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Thread: United States Patent Office Data

  1. #1

    Default United States Patent Office Data

    This is the US Patent and Trademark Office database search engine for patents. Type "Maglica" in the first field and choose "inventor name" from the drop down. Type flashlight in the second field. Choose "all years" in the "select years" drop down. The results are daunting. The search returns 81 patents.

    Patent #4,286,311 is for a flashlight and was issued in 1981.

    Patent #4,577,263 is for a miniature flashlight and was issued in 1986.

    Patent #4,864,474 is for a single cell flashlight and was issued in 1989.

    My three hours of searching and reading did not turn up any reference to led's from Mag, other than indicator lights in battery chargers.

    But patent #6,366,028 , filed for on January 28, 2000 by CMG, for a battery powered light which is connected to a voltage step-up circuit, was issued 6 months ago. This is their summary of the invention:

    SUMMARY OF THE INVENTION
    A light, such as a miniature flashlight, uses a standard battery, for example, a single AA or AAA battery, to drive a solid state light source, such an LED, even though the DC voltage output of the battery is lower than the turn-on threshold voltage of the solid state device. In one embodiment, a flashlight includes a battery holder electrically connected to a voltage step-up circuit which, in turn, is electrically connected to an LED. The voltage step-up circuit steps up the voltage provided by the battery to a voltage that is above the turn-on threshold of the LED, thereby turning the LED on and causing illumination. The voltage step-up circuit may include an inductor as an energy storage device connected to the LED and to a switch, such as a transistor. In this embodiment, toggling operation of the switch causes the inductor to alternatively store energy and to then discharge energy so that, when discharging energy, the inductor causes the voltage across the LED to be higher than the turn-on threshold voltage of the LED. Thus, in this embodiment, the inductor and switch combination creates an AC voltage across the LED causing the LED to turn on and off at a frequency at which it appears to the user that the LED remains on constantly.
    In another embodiment, a light uses a power switching circuit to enable an LED to be driven by a single standard battery which does not provide a DC voltage output large enough to drive the LED unaided. Because the light includes an LED driven by a single battery of a standard size, such as a AA battery, the light can be light-weight and small in size and yet attain the longer life and durability advantages of using an LED as a light source. For example, one embodiment of a flashlight described herein that uses a single AA battery to drive an LED provides a battery life of about 40 hours, as compared to the typical eight hour life for a single AA battery flashlight that uses an incandescent bulb. Still further, the LED of the light described herein can be guaranteed for life because the LED does not burn out easily, as is the case with incandescent bulbs.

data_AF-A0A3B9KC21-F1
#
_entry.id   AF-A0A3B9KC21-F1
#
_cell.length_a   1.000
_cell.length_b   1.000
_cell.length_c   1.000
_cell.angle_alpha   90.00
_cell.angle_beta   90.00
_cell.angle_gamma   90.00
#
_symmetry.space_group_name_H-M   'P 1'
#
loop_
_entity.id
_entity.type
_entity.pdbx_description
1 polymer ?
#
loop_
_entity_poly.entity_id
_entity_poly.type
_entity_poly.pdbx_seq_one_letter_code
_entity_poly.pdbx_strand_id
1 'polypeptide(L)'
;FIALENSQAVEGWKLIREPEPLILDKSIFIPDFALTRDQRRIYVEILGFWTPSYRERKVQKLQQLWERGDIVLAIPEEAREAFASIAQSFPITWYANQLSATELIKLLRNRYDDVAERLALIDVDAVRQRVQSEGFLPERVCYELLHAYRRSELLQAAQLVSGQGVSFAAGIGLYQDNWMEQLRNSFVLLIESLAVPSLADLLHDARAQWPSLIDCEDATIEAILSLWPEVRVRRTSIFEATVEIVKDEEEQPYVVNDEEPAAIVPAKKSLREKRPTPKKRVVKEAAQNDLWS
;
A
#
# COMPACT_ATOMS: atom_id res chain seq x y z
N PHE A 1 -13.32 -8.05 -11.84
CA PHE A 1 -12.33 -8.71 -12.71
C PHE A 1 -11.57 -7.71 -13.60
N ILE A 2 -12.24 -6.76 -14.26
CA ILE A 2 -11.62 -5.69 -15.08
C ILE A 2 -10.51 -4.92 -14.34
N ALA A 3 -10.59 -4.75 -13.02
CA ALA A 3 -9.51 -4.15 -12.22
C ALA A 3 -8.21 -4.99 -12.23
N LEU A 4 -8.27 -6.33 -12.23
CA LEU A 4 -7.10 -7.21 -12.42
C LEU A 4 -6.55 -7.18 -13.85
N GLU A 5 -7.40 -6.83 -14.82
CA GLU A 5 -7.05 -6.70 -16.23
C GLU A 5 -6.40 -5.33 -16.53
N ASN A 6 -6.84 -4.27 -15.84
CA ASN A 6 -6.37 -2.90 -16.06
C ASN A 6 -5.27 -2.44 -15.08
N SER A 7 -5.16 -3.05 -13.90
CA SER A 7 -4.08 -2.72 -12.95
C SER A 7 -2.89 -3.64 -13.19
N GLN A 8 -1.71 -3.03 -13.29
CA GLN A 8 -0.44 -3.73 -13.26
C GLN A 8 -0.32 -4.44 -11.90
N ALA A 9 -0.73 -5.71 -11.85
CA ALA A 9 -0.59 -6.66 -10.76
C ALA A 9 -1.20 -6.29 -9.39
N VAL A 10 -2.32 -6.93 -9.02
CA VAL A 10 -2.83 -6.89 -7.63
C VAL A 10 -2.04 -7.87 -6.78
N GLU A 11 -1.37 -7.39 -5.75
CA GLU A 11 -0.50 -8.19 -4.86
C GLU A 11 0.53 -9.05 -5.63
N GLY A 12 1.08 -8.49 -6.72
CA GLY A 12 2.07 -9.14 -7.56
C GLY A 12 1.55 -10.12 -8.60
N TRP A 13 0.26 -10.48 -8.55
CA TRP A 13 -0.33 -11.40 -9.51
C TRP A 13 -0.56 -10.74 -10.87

Click on "images" at the top of linked page, then navigate using arrows and links on the left.

    Jim

  2. #2
    Flashaholic*
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    Default Re: United States Patent Office Data

    Hmmmm patenting a switching boost convertor, how original......

    I have no wish to add to anyones legal woes, including possibly my own, but really have to have a rant.

    Switching convertors, been around for years, popular for distributing high current low power in rack equipment, for years, more recently integrated miniaturised versions made by several manufacturers for specifically driving LEDs in battery equipment for things like PDAs and mobile phones.

    There is substantial prior art on this forum and elsewhere for the application of this technology in handheld lights, torches or flashlights.

    The US patent system is a very unhealthy state, to continue to receive funding it must issue loads of patents.The idea of a patent to provide protection for an inventor of a new , original or novel idea appears to have gone right out of the window.

    It appears sufficient now to bolt together a few well known and proven concepts and claim it as an original invention.Or simply just file for a patent on an already known and used concept, as long as someone hasn`t already filed a patent on it....

    The U.S. Patent system has become a laughing stock over the swinging side to side patent, registered in the name of the 7 year old son of one of 3Ms patent attorneys:

    http://www.siliconvalley.com/mld/sil...ey/3084451.htm

    http://www.db79.com/archives/world_w...g_examined.php

    The Australian patent system looks like it could be going the same way, a patent on the wheel:

    http://news.bbc.co.uk/1/hi/world/asi...ic/1418165.stm

    A very interesting take on Patents is provided by Don Lancaster over at :

    http://www.tinaja.com/

    Look at `The case against Patents`

    At the moment the lawyers are getting very rich at the expense of Research and Development.

    Issue of a patent is simply a better reason to sue, its not a criminal offence to infringe a patent and the issuers have little interest and no incentive to make sure that there really is no prior art, wether in patents or the public domain.